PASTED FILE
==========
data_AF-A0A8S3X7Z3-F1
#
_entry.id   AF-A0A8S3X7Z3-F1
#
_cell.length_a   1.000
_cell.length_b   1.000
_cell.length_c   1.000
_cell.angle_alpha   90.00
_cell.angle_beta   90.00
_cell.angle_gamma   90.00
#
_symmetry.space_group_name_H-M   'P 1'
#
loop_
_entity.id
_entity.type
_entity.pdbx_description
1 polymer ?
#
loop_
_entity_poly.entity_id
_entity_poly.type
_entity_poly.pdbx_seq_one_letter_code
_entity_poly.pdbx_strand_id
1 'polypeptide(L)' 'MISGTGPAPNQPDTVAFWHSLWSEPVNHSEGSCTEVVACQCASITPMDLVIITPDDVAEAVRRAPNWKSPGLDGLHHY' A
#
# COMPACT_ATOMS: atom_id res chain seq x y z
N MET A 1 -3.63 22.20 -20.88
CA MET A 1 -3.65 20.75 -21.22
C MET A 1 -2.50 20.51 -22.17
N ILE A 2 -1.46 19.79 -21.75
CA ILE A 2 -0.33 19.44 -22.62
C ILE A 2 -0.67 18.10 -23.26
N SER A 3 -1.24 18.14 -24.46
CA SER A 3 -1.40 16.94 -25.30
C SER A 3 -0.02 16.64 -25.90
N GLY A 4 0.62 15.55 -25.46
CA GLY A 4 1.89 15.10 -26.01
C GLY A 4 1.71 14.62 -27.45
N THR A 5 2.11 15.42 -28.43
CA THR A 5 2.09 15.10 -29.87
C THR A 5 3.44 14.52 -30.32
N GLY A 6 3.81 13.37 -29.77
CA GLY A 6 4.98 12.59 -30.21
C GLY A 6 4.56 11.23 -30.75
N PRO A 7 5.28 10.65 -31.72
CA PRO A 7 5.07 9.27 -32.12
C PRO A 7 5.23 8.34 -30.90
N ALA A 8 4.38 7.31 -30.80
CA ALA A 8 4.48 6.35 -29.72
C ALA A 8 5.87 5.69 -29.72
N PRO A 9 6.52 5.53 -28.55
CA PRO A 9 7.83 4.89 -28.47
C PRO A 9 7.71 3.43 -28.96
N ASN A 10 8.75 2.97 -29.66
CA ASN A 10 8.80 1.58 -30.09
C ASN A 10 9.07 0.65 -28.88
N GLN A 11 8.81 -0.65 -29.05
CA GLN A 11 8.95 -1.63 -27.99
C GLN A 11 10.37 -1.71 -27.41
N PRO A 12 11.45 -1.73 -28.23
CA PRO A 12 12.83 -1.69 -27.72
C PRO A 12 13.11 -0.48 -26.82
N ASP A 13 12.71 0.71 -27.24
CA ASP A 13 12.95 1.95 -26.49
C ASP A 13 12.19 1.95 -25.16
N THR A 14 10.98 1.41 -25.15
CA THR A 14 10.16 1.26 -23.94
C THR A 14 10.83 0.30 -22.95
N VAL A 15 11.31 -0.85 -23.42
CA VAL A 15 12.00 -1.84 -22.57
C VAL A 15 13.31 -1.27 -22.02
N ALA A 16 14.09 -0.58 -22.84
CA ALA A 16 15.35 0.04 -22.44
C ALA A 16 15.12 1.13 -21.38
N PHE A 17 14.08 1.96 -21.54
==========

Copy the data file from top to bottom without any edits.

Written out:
data_AF-A0A8S3X7Z3-F1
#
_entry.id   AF-A0A8S3X7Z3-F1
#
_cell.length_a   1.000
_cell.length_b   1.000
_cell.length_c   1.000
_cell.angle_alpha   90.00
_cell.angle_beta   90.00
_cell.angle_gamma   90.00
#
_symmetry.space_group_name_H-M   'P 1'
#
loop_
_entity.id
_entity.type
_entity.pdbx_description
1 polymer ?
#
loop_
_entity_poly.entity_id
_entity_poly.type
_entity_poly.pdbx_seq_one_letter_code
_entity_poly.pdbx_strand_id
1 'polypeptide(L)' 'MISGTGPAPNQPDTVAFWHSLWSEPVNHSEGSCTEVVACQCASITPMDLVIITPDDVAEAVRRAPNWKSPGLDGLHHY' A
#
# COMPACT_ATOMS: atom_id res chain seq x y z
N MET A 1 -3.63 22.20 -20.88
CA MET A 1 -3.65 20.75 -21.22
C MET A 1 -2.50 20.51 -22.17
N ILE A 2 -1.46 19.79 -21.75
CA ILE A 2 -0.33 19.44 -22.62
C ILE A 2 -0.67 18.10 -23.26
N SER A 3 -1.24 18.14 -24.46
CA SER A 3 -1.40 16.94 -25.30
C SER A 3 -0.02 16.64 -25.90
N GLY A 4 0.62 15.55 -25.46
CA GLY A 4 1.89 15.10 -26.01
C GLY A 4 1.71 14.62 -27.45
N THR A 5 2.11 15.42 -28.43
CA THR A 5 2.09 15.10 -29.87
C THR A 5 3.44 14.52 -30.32
N GLY A 6 3.81 13.37 -29.77
CA GLY A 6 4.98 12.59 -30.21
C GLY A 6 4.56 11.23 -30.75
N PRO A 7 5.28 10.65 -31.72
CA PRO A 7 5.07 9.27 -32.12
C PRO A 7 5.23 8.34 -30.90
N ALA A 8 4.38 7.31 -30.80
CA ALA A 8 4.48 6.35 -29.72
C ALA A 8 5.87 5.69 -29.72
N PRO A 9 6.52 5.53 -28.55
CA PRO A 9 7.83 4.89 -28.47
C PRO A 9 7.71 3.43 -28.96
N ASN A 10 8.75 2.97 -29.66
CA ASN A 10 8.80 1.58 -30.09
C ASN A 10 9.07 0.65 -28.88
N GLN A 11 8.81 -0.65 -29.05
CA GLN A 11 8.95 -1.63 -27.99
C GLN A 11 10.37 -1.71 -27.41
N PRO A 12 11.45 -1.73 -28.23
CA PRO A 12 12.83 -1.69 -27.72
C PRO A 12 13.11 -0.48 -26.82
N ASP A 13 12.71 0.71 -27.24
CA ASP A 13 12.95 1.95 -26.49
C ASP A 13 12.19 1.95 -25.16
N THR A 14 10.98 1.41 -25.15
CA THR A 14 10.16 1.26 -23.94
C THR A 14 10.83 0.30 -22.95
N VAL A 15 11.31 -0.85 -23.42
CA VAL A 15 12.00 -1.84 -22.57
C VAL A 15 13.31 -1.27 -22.02
N ALA A 16 14.09 -0.58 -22.84
CA ALA A 16 15.35 0.04 -22.44
C ALA A 16 15.12 1.13 -21.38
N PHE A 17 14.08 1.96 -21.54